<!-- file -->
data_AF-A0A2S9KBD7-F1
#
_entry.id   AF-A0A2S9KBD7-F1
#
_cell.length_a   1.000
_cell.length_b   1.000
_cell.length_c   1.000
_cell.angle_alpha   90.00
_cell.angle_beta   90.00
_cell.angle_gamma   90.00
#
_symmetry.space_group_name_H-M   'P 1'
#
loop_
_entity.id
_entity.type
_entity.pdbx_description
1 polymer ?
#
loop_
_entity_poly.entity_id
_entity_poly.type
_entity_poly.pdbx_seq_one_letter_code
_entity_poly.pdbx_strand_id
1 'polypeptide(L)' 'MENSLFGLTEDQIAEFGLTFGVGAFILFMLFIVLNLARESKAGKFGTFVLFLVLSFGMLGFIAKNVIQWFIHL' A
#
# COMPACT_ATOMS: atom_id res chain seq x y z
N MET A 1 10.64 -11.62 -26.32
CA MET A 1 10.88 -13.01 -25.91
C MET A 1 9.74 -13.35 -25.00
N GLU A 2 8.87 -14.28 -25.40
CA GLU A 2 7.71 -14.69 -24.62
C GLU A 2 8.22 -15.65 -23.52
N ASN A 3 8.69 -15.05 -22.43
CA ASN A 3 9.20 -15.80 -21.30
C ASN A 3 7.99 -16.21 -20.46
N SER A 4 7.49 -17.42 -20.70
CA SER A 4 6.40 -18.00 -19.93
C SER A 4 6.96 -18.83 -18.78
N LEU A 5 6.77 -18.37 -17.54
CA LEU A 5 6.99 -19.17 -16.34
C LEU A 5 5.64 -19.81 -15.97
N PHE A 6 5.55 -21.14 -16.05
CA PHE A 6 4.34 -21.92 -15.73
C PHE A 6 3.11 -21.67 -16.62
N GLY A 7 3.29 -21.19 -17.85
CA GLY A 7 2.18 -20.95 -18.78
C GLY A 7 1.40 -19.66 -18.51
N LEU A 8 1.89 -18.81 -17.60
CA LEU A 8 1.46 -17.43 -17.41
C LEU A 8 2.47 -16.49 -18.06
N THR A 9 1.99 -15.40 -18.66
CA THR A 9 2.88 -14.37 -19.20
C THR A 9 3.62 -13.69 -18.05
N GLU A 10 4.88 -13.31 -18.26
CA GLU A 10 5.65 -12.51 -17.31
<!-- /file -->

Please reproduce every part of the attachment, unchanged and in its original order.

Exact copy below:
data_AF-A0A2S9KBD7-F1
#
_entry.id   AF-A0A2S9KBD7-F1
#
_cell.length_a   1.000
_cell.length_b   1.000
_cell.length_c   1.000
_cell.angle_alpha   90.00
_cell.angle_beta   90.00
_cell.angle_gamma   90.00
#
_symmetry.space_group_name_H-M   'P 1'
#
loop_
_entity.id
_entity.type
_entity.pdbx_description
1 polymer ?
#
loop_
_entity_poly.entity_id
_entity_poly.type
_entity_poly.pdbx_seq_one_letter_code
_entity_poly.pdbx_strand_id
1 'polypeptide(L)' 'MENSLFGLTEDQIAEFGLTFGVGAFILFMLFIVLNLARESKAGKFGTFVLFLVLSFGMLGFIAKNVIQWFIHL' A
#
# COMPACT_ATOMS: atom_id res chain seq x y z
N MET A 1 10.64 -11.62 -26.32
CA MET A 1 10.88 -13.01 -25.91
C MET A 1 9.74 -13.35 -25.00
N GLU A 2 8.87 -14.28 -25.40
CA GLU A 2 7.71 -14.69 -24.62
C GLU A 2 8.22 -15.65 -23.52
N ASN A 3 8.69 -15.05 -22.43
CA ASN A 3 9.20 -15.80 -21.30
C ASN A 3 7.99 -16.21 -20.46
N SER A 4 7.49 -17.42 -20.70
CA SER A 4 6.40 -18.00 -19.93
C SER A 4 6.96 -18.83 -18.78
N LEU A 5 6.77 -18.37 -17.54
CA LEU A 5 6.99 -19.17 -16.34
C LEU A 5 5.64 -19.81 -15.97
N PHE A 6 5.55 -21.14 -16.05
CA PHE A 6 4.34 -21.92 -15.73
C PHE A 6 3.11 -21.67 -16.62
N GLY A 7 3.29 -21.19 -17.85
CA GLY A 7 2.18 -20.95 -18.78
C GLY A 7 1.40 -19.66 -18.51
N LEU A 8 1.89 -18.81 -17.60
CA LEU A 8 1.46 -17.43 -17.41
C LEU A 8 2.47 -16.49 -18.06
N THR A 9 1.99 -15.40 -18.66
CA THR A 9 2.88 -14.37 -19.20
C THR A 9 3.62 -13.69 -18.05
N GLU A 10 4.88 -13.31 -18.26
CA GLU A 10 5.65 -12.51 -17.31